The Harrogate Transport Improvement Programme (‘HTIP’) was discussed by North Yorkshire County Councillors today, at the Harrogate & Knaresborough Area Committee meeting.
HTIP was commissioned in October 2019 following the results of the Harrogate Congestion Survey, where there was 77% backing for better walking and cycle routes. HTIP has been kept secret until now.
Consultants WSP have been working on the HTIP. The results of their work are as follows:
- they consider that four priority corridors for cycle route development (contained in the Harrogate Local Cycling Infrastructure Plan) are still appropriate
- they recommend a Low Traffic Neighbourhood in Bilton
- the A59 and A61 should be improved for buses, with bus priority
- the A61 near Pannal would be the best location for a Park & Ride site
- a Killinghall bypass offers ‘high value for money using the DfT’s classifications’; a western relief road offers poor value for money
- a shortlist of five junctions has been identified for work to improve them. WSP recognise that there are limits to the capacity that can be delivered in the face of rising traffic volumes; they therefore recommend ‘a coordinated, multi-modal approach to junction operation, alongside a focus on reducing traffic’
The recommendation from WSP is to develop a major schemes business case, asking for funding from the DfT on a multi-modal corridor basis, with the emphasis on improving provision for pedestrians, cyclists and buses. This should reduce congestion by encouraging modal shift.
WSP also recommend adding a Killinghall bypass to NYCC’s major schemes development list.
At the meeting, HDCA Chair Kevin Douglas made a contribution.
He said he was disappointed there had been no consultation on the HTIP via the Cycle Forum.
He asked what is being done to bring designs for the four cycle routes up to LTN1/20 standards. He also said that while the four routes are welcome, the rest of Harrogate also needs to be considered, including the many locations where housing development is taking place.
He said that the proposal for one single Low Traffic Neighbourhood shows a lack of ambition, and it should be regarded as a pilot, with others added.
Kevin commented that the Killinghall bypass is being discussed before any sustainable travel ideas have been implemented, which is wrong, and that there is a lack of active travel proposals for Killinghall despite the very large amount of housing development. (Councillor Mackenzie later said it is the fastest-growing village in the county, and will double in size).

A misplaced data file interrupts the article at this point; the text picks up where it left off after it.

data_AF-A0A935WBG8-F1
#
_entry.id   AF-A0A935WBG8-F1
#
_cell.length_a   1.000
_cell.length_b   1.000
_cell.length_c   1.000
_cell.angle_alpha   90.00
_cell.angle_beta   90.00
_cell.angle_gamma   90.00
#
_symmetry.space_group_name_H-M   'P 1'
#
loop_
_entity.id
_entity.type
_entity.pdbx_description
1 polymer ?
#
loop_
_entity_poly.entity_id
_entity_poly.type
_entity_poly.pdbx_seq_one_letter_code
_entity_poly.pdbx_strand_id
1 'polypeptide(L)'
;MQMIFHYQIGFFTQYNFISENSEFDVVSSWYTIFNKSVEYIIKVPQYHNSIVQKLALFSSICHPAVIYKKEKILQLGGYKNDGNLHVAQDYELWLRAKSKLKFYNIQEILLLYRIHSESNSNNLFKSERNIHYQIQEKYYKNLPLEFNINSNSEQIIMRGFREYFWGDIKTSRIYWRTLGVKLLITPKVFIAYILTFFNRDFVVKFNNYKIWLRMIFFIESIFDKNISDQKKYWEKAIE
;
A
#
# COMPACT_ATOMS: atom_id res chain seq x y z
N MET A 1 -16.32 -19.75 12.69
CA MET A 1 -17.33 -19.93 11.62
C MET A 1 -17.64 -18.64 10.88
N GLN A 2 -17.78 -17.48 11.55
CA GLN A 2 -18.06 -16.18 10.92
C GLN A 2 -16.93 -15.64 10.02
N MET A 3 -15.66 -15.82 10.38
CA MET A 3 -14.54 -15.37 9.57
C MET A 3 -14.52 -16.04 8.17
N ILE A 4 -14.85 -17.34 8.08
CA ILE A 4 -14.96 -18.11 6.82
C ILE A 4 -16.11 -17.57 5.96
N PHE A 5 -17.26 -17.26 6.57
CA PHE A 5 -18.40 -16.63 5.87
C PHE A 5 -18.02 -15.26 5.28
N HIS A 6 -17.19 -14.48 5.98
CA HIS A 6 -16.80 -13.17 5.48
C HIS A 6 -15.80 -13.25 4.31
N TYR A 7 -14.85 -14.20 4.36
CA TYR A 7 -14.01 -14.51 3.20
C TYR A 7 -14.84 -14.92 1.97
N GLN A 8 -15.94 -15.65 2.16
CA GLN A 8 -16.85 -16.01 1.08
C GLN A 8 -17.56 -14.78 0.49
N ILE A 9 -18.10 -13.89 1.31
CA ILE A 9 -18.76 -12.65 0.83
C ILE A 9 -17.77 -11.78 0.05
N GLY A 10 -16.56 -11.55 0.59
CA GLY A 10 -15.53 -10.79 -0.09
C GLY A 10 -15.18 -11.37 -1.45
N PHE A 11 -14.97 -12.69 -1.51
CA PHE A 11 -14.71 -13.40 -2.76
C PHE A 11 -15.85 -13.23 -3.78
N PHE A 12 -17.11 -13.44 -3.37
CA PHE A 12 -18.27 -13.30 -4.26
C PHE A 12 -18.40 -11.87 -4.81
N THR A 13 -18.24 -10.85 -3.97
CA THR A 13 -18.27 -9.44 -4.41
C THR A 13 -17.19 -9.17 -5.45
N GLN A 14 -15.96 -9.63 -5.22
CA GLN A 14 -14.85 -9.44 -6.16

Kevin asked for a detailed action plan to implement HTIP, with a timetable and key milestones. As a supplementary question, he asked if LTN1/20 will be formally adopted as policy in North Yorkshire.
Green Party & Zero Carbon Harrogate
Other contributors included Rebecca Maunder of the Green Party (her statement was read out), who asked for a whole system approach to making transport sustainable, and who argued against the idea of a Killilnghall bypass.
Rod Beardshall of Zero Carbon Harrogate said that we need a significant acceleration in the rate at which we get sustainable travel impacts on the ground.
He said all non-road solutions should be considered before contemplating a Killinghall bypass. He asked about the cost of a bypass, and the answer from an NYCC officer was £20 million. On the CO2 impact of the proposal there was no response.
Councillor Jim Clark argued that new roads don’t reduce congestion (and there is a great deal of evidence to support that). He pointed out that Harrogate Borough Council had unanimously agreed a Carbon Reduction Plan some time ago, and that ‘we need to get a move on’ in implementing it.
Councillor Michael Harrison, who represents Killinghall, spoke in favour of a new road, and had nothing to say about sustainable travel options. We have previously asked him to act on the requests of Killinghall residents and lead a campaign for cycle routes linking it to Harrogate and the Nidderdale Greenway. We’ve asked him to come up with constructive proposals and organise a meeting with local residents; he hasn’t done so, on the basis that “it would raise expectations of residents unfairly”.
Councillor Richard Cooper spoke in favour of sustainable transport, carbon reduction and pedestrianisation of the town centre. He pointed out the need to be honest with people and not pretend that we can move to sustainable transport and reduce emissions without any impact on the convenience of driving. Cllr Cooper emphasised that we need to take up tarmac used for cars and give it to sustainable travel options whether it be bus, cycling or walking. He added that we cannot ‘con the electorate’ into thinking the council can continue to provide easy driving and free parking.